I consider myself to be a very hardworking, tireless person, who’s really eager and, above all, I like to do the things that make me happy. And cooking makes me very happy. It’s something that I’m passionate about and I want to continue doing forever.

How would you define your cooking?
My cooking is simple and fresh. Although at the same time it’s complex, because there’s a lot behind it. However, when it’s plated up, it has a very simple feel to it.

What can you tell us about the food on offer at Paya Hotels?
On the one hand we’ve got the food at Carmen. We serve a relaxed take on signature Mediterranean cuisine, so people can eat in Formentera at an affordable price. It’s Mediterranean food with a twist. We serve a lot of classic dishes for which we use certain cutting-edge techniques. At Janis restaurant (part of Five Flowers Hotel), we’ve got spectacular views and a really idyllic setting. There, aside from our 12-step tasting menu, which is inspired by the 19 kilometres that span the island from one end to the other, we’ve been working with local produce from different points on the island, and we’ve developed a really fresh, fun and sensory experience so you can enjoy the essence of Formentera. We’ve also have the à la carte menu and really interesting wine-pairing options.

At Janis restaurant we’ve developed a really fresh, fun and sensory experience

How do you organise your time running the kitchens of two hotels where you are responsible for everything from the breakfasts to a gourmet restaurant?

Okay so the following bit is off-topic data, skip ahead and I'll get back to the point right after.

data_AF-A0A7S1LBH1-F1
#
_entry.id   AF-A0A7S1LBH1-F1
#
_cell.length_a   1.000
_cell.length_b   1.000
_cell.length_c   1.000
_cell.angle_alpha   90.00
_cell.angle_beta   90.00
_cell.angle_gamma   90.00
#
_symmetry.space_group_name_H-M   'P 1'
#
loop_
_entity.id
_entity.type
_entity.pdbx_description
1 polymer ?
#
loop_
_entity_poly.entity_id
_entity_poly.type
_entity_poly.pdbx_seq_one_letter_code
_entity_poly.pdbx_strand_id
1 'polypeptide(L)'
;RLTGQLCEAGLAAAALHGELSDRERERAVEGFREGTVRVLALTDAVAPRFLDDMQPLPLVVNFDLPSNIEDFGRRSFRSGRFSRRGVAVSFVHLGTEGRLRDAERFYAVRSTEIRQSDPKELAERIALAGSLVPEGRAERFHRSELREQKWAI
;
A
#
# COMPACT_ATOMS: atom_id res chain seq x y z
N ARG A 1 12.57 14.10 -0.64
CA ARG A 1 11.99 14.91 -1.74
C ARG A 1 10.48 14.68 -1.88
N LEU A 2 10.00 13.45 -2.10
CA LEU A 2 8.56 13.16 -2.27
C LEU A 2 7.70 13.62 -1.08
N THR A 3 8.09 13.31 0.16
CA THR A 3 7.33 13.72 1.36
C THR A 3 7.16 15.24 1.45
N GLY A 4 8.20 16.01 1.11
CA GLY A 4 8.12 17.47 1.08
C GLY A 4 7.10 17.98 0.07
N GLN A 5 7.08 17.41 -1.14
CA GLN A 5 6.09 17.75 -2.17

By working long hours and by being really fortunate. I actually have no idea how we do it. But at the end of the day, it’s what we like doing and we have a good time doing it. This year, I’ll be at Blanco Hotel in the mornings, and making preparations and doing service at Janis in the afternoons and evenings.

Caprese tomato with summer truffle

Caprese tomato with truffle © Janis

How do you see your future?
I see myself cooking in the future. Doing whatever I want, in a really nice place with very few tables. Looking after diners and really enjoying it.

What direction do you think gastronomy is taking?
I think gastronomy is going back to its origins. It seems really clear to me. We mustn’t lose sight of our roots or origins and we should place value on all that. I think we had reached this really crazy point where so much creating and so much inventing was happening, but we were forgetting where we came from. However, I think we’ve finally taken a moment to reflect on where we came from and where we want to go.

Something that’s never missing from your food?
I’m a big fan of egg yolk and pickles. I love that special touch they give to food. By adding some pickles I think you can make a flat and boring dish into something that makes you say ‘wow’.

What are your hobbies?
I love all kinds of boardsports: snowboarding, surfing, skateboarding… I’ve been neglecting it lately, but as soon as I have some free time, I head to the beach and don’t leave.

What book would you recommend?
I just bought the Azurmendi book (by Montagud Editores) and I think it’s amazing. When I opened it, I almost cried. I love their work and really want to go and try their food. 

Who is your culinary icon?
I have a lot, but Fina Puigdevall is really amazing. I think her work represents the kind of route I want to go down: simplicity, produce, vegetable gardens...